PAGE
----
Astoria’s Greek-American elected officials said their constituents remain concerned but hopeful about Greece’s economic future after the nation’s New Democracy Party was elected by a narrow margin on a platform of remaining within the European Union.
“Hopefully, they’ll get their act together and start getting things moving in the right direction,” said state Sen. Michael Gianaris (D-Astoria).
Astoria has the largest Greek population outside of the Mediterranean country, and both of the neighborhood’s state legislators — Gianaris and state Assemblywoman Aravella Simotas (D-Astoria) — are Greek American.
Ever since the beginning of the country’s debt crisis in 2009, the neighborhood has had one eye on the motherland. In Greece’s most recent election June 17, the pro-bailout New Democracy Party edged out the anti-austerity Syriza Party, thereby making New Democracy leader Antonis Samaras the prime minister.
The voters’ choice means Greece will remain part of the Eurozone, but Samaras wants to renegotiate the terms of the debt deal with the European Union, European Central Bank and International Monetary Fund — collectively known as the troika, The New York Times reported.
“Many Greek Americans, those who have family in Greece and those who don’t, are very concerned about the economic well-being of the country and the economic stability,” Simotas said.
Both Gianaris and Simotas have family members back in the country. Simotas said her and her husband’s relatives are glad the country is staying within the union and believed it would be disastrous not only for Greece but for the rest of the Eurozone if the nation did not.
“People came together and understood the importance of staying with the unified currency and having trading partners,” Simotas said.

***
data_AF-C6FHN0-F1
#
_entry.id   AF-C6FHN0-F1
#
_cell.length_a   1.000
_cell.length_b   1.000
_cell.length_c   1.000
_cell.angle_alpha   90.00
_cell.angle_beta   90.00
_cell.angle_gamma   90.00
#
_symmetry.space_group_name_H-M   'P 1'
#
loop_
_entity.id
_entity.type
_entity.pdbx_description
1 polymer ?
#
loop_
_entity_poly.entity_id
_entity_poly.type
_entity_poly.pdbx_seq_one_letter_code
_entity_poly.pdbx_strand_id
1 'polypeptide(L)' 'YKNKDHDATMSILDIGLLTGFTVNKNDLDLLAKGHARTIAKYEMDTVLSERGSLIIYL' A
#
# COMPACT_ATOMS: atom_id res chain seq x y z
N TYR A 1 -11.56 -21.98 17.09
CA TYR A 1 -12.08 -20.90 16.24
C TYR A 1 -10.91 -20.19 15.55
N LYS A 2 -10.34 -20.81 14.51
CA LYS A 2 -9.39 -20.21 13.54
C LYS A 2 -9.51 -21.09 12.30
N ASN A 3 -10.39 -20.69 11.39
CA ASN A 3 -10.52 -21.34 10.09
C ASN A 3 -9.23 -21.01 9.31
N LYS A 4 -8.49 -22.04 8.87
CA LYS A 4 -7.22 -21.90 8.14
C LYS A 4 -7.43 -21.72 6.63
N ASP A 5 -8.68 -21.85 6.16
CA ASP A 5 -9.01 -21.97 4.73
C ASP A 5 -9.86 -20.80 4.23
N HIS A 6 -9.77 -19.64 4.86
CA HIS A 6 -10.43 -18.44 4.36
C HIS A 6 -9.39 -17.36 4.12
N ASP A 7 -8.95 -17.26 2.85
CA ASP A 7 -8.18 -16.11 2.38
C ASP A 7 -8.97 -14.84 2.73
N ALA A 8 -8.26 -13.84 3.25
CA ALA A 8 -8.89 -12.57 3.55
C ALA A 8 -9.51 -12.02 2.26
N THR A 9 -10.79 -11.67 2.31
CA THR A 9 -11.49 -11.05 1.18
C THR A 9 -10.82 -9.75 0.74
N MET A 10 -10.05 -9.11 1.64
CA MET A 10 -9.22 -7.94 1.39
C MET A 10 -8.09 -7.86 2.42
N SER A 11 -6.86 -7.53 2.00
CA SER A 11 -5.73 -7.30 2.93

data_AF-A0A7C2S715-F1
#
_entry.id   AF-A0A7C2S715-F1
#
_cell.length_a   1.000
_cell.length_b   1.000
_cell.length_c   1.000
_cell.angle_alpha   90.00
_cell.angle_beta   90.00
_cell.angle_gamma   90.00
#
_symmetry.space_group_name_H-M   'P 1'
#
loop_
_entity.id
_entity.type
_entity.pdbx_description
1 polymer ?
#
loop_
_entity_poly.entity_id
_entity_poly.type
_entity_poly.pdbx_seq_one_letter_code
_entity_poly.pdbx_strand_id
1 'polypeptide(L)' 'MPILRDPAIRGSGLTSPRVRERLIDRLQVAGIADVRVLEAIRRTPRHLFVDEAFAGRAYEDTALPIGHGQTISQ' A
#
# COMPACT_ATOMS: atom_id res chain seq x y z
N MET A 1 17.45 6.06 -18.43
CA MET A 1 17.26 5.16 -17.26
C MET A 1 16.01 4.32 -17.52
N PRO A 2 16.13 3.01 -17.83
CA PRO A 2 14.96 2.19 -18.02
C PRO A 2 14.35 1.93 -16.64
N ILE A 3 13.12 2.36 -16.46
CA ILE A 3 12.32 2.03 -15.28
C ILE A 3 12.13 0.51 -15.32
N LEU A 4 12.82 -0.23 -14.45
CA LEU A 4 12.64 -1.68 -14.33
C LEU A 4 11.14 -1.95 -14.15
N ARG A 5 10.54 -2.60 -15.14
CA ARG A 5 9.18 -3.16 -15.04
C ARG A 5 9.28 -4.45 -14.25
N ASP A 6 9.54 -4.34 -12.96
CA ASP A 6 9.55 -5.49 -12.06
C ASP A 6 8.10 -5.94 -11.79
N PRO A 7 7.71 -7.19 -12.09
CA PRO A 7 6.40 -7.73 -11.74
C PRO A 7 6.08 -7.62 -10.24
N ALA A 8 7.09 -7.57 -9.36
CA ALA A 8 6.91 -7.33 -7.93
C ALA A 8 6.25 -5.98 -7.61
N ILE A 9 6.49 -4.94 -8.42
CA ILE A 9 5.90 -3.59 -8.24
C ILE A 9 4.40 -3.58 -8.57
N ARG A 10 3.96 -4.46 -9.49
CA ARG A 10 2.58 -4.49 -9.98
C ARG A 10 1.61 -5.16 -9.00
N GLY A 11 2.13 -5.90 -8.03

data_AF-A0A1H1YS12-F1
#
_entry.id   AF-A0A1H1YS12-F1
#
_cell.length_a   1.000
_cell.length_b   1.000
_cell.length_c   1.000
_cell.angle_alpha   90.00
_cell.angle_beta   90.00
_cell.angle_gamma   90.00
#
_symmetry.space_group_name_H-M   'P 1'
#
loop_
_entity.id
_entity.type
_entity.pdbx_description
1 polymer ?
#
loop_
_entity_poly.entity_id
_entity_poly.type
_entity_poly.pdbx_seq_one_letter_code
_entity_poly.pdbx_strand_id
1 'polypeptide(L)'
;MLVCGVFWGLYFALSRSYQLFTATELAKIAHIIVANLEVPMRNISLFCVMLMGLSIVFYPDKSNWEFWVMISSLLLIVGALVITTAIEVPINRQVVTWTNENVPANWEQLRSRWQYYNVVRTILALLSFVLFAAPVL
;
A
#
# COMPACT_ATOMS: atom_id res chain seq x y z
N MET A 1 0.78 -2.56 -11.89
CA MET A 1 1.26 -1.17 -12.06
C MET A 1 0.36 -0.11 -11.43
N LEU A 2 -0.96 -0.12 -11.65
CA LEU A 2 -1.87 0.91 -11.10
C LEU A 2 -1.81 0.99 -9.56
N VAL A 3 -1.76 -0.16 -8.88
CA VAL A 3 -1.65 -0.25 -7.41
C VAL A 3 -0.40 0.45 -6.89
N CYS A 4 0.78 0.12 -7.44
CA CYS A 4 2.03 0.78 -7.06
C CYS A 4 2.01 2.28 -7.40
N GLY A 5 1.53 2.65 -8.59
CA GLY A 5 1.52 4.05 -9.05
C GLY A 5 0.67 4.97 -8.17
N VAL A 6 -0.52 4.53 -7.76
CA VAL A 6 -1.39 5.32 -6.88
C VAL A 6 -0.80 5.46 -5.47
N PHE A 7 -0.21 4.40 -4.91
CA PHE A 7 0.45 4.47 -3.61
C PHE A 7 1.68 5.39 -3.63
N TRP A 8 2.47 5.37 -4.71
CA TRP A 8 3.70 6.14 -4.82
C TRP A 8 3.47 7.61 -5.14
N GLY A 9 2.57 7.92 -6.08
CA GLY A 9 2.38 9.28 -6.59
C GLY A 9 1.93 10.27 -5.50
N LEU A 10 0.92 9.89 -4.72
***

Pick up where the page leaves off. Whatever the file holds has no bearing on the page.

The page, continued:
Gianaris said he has a retired uncle and aunt in the country who are not greatly affected by the crisis. His cousins are struggling but have work.
“The concerns I hear are less political and more concerns about family members who still live in Greece,” Gianaris said of his constituents.
The senator said he had not heard a consensus from Astoria’s Greeks over whether or not they were happy with the results of the election.
“Like in Greece itself, there’s people on all sides of the issue,” he said. “But I think there’s a general deference to the people who live there and the choices they make.”
Gianaris said he had no opinion on what Greece’s next steps should be, but he hoped the country could bounce back from its economic troubles.
“To see them suffering as they are is difficult,” Gianaris said, “but all we can do is lend whatever moral support we can and look forward to the day when this is all behind them.”
Simotas, however, was more optimistic about the results of Greece’s decision to stay within the European Union.
“I think that this will have a long-term positive effect on the U.S. economy,” she said. “It will take time, but overall it will be a positive effect.”